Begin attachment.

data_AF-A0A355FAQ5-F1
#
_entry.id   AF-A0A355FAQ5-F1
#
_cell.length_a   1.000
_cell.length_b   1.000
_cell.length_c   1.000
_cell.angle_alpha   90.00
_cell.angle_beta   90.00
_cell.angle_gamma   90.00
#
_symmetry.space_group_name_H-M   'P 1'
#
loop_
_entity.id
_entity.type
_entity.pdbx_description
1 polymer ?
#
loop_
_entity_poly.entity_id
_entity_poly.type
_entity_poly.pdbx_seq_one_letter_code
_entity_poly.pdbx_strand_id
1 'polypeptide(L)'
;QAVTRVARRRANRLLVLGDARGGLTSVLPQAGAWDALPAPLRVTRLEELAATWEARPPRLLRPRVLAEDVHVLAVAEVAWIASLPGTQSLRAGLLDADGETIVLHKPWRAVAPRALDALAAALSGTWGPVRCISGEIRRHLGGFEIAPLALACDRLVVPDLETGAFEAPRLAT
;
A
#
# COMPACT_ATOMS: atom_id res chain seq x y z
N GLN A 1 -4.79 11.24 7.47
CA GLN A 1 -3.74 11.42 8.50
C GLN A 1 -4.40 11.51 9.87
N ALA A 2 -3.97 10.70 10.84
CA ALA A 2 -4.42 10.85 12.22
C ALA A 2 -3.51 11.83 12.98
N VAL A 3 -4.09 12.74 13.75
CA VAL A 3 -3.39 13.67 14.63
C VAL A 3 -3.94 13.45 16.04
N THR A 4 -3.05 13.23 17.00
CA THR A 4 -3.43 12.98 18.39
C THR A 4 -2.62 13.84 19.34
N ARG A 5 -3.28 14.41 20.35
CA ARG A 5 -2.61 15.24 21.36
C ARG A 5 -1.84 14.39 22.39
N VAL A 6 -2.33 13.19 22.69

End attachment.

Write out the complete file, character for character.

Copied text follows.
data_AF-A0A355FAQ5-F1
#
_entry.id   AF-A0A355FAQ5-F1
#
_cell.length_a   1.000
_cell.length_b   1.000
_cell.length_c   1.000
_cell.angle_alpha   90.00
_cell.angle_beta   90.00
_cell.angle_gamma   90.00
#
_symmetry.space_group_name_H-M   'P 1'
#
loop_
_entity.id
_entity.type
_entity.pdbx_description
1 polymer ?
#
loop_
_entity_poly.entity_id
_entity_poly.type
_entity_poly.pdbx_seq_one_letter_code
_entity_poly.pdbx_strand_id
1 'polypeptide(L)'
;QAVTRVARRRANRLLVLGDARGGLTSVLPQAGAWDALPAPLRVTRLEELAATWEARPPRLLRPRVLAEDVHVLAVAEVAWIASLPGTQSLRAGLLDADGETIVLHKPWRAVAPRALDALAAALSGTWGPVRCISGEIRRHLGGFEIAPLALACDRLVVPDLETGAFEAPRLAT
;
A
#
# COMPACT_ATOMS: atom_id res chain seq x y z
N GLN A 1 -4.79 11.24 7.47
CA GLN A 1 -3.74 11.42 8.50
C GLN A 1 -4.40 11.51 9.87
N ALA A 2 -3.97 10.70 10.84
CA ALA A 2 -4.42 10.85 12.22
C ALA A 2 -3.51 11.83 12.98
N VAL A 3 -4.09 12.74 13.75
CA VAL A 3 -3.39 13.67 14.63
C VAL A 3 -3.94 13.45 16.04
N THR A 4 -3.05 13.23 17.00
CA THR A 4 -3.43 12.98 18.39
C THR A 4 -2.62 13.84 19.34
N ARG A 5 -3.28 14.41 20.35
CA ARG A 5 -2.61 15.24 21.36
C ARG A 5 -1.84 14.39 22.39
N VAL A 6 -2.33 13.19 22.69